November 21, 2013
Sean Neary/Ryan Carey
Baucus Works to Overhaul Outdated Tax Code
Chairman Calls for Feedback on Proposal to Reform Cost Recovery and Tax Accounting Rules
WASHINGTON – Senate Finance Committee Chairman Max Baucus (D-Mont.) today unveiled the third package in a series of proposals to overhaul America’s tax code. The latest staff discussion draft focuses on reforms to cost recovery and tax accounting rules.
“America today is using a bloated tax code that was built for businesses close to 30 years ago. The code is completely outdated and acting as a brake on economic growth. More must be done to simplify tax rules, lessen the burden on small businesses and jumpstart job growth,” Senator Baucus said.
The rules for cost recovery and accounting determine when a business can deduct the cost of investments and how they account for their income. However, the rules are outdated, overly complex and reward specific industries to the detriment of others. In addition, Congress keeps changing the rules. It is often difficult for businesses to plan for the future as a result of temporary, and sometimes retroactive, provisions.
To address these issues, the staff discussion draft proposes a modernized set of cost recovery and accounting rules that are simpler, fairer, and lessen tax burdens on small businesses. These reforms would also raise enough revenue from corporations in the long-term to finance a significant reduction in the corporate tax rate. Specifically, the discussion draft offers proposals to:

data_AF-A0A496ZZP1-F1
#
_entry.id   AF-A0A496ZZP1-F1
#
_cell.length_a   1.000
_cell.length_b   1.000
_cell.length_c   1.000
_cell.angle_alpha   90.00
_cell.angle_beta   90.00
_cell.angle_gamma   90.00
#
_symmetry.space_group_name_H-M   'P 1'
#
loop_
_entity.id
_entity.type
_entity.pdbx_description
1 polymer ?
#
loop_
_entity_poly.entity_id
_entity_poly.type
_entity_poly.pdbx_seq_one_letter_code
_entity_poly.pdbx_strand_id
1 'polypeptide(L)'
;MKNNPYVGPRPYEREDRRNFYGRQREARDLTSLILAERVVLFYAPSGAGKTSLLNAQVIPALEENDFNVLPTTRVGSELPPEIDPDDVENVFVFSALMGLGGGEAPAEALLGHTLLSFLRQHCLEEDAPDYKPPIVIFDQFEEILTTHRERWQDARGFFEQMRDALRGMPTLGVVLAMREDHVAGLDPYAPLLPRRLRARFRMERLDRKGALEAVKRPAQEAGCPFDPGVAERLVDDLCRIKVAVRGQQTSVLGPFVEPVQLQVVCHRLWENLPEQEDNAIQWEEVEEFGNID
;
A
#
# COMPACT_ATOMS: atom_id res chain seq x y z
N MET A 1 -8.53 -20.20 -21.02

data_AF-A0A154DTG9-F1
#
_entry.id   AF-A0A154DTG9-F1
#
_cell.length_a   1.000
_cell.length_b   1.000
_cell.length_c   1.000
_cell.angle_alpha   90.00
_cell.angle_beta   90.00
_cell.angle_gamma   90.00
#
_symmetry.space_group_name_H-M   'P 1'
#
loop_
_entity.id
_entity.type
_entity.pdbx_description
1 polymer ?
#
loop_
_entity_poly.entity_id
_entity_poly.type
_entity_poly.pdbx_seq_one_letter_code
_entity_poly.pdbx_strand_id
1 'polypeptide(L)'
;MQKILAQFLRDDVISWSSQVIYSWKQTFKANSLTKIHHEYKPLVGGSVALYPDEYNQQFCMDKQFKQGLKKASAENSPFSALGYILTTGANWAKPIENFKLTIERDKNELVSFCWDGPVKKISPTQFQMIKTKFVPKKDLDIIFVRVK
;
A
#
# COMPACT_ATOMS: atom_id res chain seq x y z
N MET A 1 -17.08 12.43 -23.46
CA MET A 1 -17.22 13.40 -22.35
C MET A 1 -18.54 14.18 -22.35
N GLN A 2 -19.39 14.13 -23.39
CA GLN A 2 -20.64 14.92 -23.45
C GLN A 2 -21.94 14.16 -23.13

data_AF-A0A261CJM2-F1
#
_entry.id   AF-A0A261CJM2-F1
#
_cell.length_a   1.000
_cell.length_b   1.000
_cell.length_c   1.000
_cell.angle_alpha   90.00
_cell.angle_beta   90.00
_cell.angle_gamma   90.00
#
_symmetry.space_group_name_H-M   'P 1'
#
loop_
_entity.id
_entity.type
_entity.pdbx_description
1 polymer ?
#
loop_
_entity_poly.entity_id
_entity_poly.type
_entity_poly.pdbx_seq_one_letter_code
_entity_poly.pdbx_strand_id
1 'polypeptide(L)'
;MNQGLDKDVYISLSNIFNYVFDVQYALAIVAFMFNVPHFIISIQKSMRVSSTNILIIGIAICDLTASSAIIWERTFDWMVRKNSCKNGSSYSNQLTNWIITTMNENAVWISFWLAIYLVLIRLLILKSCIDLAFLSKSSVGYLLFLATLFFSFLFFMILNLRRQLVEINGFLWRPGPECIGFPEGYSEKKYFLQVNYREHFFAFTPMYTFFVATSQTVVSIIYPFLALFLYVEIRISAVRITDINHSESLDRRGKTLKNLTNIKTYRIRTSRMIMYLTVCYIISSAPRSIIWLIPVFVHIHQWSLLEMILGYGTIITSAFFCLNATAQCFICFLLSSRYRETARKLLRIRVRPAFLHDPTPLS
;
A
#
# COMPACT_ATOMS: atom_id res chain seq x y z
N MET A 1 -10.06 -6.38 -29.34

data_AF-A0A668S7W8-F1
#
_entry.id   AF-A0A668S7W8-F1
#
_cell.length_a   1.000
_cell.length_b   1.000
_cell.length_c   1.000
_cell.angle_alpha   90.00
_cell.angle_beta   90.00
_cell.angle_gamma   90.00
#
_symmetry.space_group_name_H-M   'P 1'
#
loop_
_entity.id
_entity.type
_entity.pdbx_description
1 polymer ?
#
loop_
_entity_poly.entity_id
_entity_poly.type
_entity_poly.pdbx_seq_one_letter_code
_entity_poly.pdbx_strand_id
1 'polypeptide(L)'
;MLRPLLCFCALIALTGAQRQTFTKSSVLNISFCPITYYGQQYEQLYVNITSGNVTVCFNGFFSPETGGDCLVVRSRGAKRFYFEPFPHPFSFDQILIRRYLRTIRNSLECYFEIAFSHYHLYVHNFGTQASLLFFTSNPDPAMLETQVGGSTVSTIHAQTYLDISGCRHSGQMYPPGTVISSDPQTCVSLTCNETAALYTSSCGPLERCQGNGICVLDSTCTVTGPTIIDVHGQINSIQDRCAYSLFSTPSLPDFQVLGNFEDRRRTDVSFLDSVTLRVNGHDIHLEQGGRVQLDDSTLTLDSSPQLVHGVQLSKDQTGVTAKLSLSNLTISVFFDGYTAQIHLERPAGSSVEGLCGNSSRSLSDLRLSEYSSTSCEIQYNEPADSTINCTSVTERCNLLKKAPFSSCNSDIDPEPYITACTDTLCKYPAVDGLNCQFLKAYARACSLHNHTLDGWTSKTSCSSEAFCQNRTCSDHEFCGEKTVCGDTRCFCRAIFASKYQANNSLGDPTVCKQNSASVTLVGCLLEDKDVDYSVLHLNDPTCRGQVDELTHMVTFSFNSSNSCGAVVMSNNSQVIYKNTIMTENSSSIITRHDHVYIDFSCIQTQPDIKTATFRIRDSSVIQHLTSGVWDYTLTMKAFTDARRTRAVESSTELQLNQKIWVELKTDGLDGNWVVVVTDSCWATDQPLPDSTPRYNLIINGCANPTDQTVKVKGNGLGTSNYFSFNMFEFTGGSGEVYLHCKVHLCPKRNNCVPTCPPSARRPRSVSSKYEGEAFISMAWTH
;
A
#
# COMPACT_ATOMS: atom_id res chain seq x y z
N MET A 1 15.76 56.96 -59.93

- Replace current rules with a system that better approximates economic depreciation based on estimates from the Congressional Budget Office.
- Reduce the number of major depreciation rates from more than 40 to 5.
- Eliminate the need for businesses to depreciate each of their assets separately.
- Permanently increase Section 179 expensing to $1 million and expand the definition of qualifying expenses.
Senator Baucus requested that the Congressional Budget Office produce a letter detailing their analysis of economic depreciation rates of tangible assets.
Senator Baucus is looking for feedback from stakeholders and the American public on the discussion drafts as he continues his work to overhaul the tax code. Feedback on the cost recovery and tax accounting rules discussion draft is requested by January 17, 2014 and comments can be sent to: Tax_Reform@Finance.Senate.gov.
Earlier this week, Senator Baucus unveiled discussion drafts on international tax reform and tax administration. All three discussion drafts are based on bipartisan ideas and incorporate bills introduced by both Republicans and Democrats. They are intended to spur a conversation about areas where Republicans and Democrats may be able to reach agreement on fixing the broken tax code.
The full staff discussion draft in legislative language can be found here.
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